27 Caution from the Salmon industry Farmed salmon are more than half of world supply Alaska volume may be going up, but world price is going down We dont live in an economic vacuum Traditional extractive industries cannot grow the economy forever (max out ecosystem or the economy generates substitutes)

28 Farmed Salmon dominates world markets

29 Value of Alaska salmon is down

30 AK Economy looks like US

31 Alaska looks more like US over time

32 per capita income is down from 1990 to 2000 Alaska-2% (total change) Anchorage-1% Mat Su Borough+2% Rest of coastal AK-5% Kodiak Island-15% Ketchikan Borough-2%

33 Myth 5: Alaskas coastline is protected from, or inaccessible to, development Much of the coastline is in protected areas, and much is remote But, distance has not hindered past development when it paid –Nome was AKs largest city at 1900 census And, access is improving and often cannot be controlled (e.g., boats in PWS) Use is becoming more extensive (mariculture, helicopter tourism)

34 Prince William Sound: Land of Many Managers

35 Part 3: A Challenge for Society Human uses growing, due to bigger footprint, not simply more people Conflicts over allocation and management priority are substantial and increasing The health of Alaskas oceans and watersheds is important to the states residents So,...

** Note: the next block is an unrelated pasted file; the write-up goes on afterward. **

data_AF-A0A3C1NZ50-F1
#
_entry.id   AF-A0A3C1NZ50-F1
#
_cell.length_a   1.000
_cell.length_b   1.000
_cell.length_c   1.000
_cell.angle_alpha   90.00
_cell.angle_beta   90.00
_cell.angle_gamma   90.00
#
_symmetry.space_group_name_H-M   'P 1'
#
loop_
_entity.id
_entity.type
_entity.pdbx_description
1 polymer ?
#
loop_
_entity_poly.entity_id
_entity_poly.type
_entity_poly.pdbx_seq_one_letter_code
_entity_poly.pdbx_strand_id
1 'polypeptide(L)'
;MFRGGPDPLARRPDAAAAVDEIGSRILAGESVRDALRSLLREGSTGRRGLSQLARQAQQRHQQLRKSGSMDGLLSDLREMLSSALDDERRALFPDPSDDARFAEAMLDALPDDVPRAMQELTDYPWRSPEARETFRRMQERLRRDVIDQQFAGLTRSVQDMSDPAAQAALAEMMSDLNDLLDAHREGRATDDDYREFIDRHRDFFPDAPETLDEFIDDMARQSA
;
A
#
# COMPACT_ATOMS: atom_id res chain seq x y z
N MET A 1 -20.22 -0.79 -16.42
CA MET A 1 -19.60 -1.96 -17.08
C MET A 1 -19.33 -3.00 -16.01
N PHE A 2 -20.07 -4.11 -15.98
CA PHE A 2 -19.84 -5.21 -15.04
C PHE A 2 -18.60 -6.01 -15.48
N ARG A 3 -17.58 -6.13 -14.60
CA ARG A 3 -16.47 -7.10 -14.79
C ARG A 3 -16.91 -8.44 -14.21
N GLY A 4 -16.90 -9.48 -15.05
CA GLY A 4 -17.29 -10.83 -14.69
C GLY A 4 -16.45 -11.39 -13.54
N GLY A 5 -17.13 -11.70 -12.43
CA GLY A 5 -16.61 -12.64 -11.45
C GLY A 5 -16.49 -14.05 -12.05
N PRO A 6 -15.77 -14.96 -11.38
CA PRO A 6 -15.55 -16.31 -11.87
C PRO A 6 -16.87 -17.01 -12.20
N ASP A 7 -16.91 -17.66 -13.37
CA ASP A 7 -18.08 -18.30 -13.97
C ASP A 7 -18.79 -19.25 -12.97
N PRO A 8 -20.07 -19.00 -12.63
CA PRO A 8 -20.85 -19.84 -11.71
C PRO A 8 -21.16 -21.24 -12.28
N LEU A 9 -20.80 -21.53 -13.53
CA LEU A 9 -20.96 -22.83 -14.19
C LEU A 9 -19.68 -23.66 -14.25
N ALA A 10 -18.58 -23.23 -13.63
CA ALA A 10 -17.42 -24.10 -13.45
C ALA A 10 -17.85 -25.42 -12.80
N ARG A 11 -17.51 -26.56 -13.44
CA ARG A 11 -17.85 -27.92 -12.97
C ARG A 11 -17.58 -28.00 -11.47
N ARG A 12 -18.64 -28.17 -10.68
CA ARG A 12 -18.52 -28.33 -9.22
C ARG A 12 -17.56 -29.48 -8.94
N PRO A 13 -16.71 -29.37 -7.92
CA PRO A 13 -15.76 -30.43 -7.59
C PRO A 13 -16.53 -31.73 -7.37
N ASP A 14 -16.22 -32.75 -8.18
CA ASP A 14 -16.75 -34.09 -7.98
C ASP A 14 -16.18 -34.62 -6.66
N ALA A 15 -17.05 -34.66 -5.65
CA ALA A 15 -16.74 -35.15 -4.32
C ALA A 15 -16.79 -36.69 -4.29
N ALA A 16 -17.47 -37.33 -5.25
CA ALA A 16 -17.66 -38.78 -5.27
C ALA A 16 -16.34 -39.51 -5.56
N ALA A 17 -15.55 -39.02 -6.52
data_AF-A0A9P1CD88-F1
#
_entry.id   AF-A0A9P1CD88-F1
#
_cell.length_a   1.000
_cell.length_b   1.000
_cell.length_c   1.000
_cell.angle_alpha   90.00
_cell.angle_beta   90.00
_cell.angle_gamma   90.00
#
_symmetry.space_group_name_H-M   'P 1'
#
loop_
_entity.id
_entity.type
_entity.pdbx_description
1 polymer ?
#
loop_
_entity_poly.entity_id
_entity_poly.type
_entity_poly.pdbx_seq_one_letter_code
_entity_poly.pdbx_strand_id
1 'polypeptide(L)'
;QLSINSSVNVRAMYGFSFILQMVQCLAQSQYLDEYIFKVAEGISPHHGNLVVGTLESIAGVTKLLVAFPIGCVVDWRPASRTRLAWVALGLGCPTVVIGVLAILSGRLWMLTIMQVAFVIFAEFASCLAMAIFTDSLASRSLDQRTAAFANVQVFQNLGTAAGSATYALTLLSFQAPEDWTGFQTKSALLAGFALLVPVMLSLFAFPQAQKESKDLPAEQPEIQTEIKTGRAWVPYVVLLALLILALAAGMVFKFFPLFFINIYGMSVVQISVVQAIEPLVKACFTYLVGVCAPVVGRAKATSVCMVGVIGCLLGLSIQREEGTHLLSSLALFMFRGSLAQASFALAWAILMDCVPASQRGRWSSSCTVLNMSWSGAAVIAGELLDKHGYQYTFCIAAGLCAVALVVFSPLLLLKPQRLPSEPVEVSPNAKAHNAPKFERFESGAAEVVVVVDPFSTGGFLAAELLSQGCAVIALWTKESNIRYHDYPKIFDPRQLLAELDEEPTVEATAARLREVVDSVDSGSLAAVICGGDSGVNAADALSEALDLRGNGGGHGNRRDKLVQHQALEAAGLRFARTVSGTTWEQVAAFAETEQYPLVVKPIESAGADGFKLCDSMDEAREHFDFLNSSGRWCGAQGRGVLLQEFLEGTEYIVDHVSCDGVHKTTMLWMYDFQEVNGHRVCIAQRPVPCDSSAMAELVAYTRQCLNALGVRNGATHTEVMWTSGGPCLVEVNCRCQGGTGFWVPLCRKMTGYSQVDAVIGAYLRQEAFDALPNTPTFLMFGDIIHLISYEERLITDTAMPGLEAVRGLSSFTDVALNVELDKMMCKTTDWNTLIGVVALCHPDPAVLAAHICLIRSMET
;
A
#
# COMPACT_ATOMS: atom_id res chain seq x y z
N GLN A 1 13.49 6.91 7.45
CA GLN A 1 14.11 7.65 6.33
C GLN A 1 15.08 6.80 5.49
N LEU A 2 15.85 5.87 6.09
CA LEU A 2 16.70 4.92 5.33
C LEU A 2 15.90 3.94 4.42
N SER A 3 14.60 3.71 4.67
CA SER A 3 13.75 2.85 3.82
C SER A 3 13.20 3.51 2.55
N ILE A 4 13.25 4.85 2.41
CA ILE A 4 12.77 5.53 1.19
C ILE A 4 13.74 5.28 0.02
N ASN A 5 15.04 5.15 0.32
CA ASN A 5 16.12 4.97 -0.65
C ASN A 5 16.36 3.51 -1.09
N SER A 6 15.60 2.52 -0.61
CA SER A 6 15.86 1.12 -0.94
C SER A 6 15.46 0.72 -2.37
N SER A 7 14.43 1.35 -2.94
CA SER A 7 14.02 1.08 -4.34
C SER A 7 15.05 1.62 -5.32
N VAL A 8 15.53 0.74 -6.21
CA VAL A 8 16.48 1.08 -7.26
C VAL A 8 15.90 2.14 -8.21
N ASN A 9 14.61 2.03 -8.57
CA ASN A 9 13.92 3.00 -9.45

36 Fact or Fiction? The current management system provides for a healthy ecosystem… …and a healthy economy

37 Ecosystem Questions Are we approaching any stress thresholds in the ecosystem? Can we really sustain a maximum yield given volatility and uncertainty? How do we assess cumulative impacts? Can a fragmented management system address the major threats faced by our oceans and watersheds?

38 Economy Questions Healthy economy for WHOM? What is the role of marine resource management in achieving socioeconomic goals such as stable rural communities? How can our oceans and watersheds best be managed for Alaskas short-, medium-, and long-term economic health?

39 Limits and Allocations Do allocation battles pressure us to ignore the limits of the ecosystem? Or, Do we recognize that there is not or may not be enough for everybody? How can we meet our many demands on the finite resources of our oceans and watersheds?

40 ~The End~ Download this show and the paper to follow from: link to the resources and environment research area

41 Addendum: Employment Figures DirectTotal Comm. Fishing19,92833,670 Tourism16,87125,512 Sport Fish/Hunt8,80012,200 Land Mgmt4,53410,475 Resident Recreation7,2009,800 Subsistence1,980 Adjust for doublecount (4,356)(9,450) TOTAL55,00084,200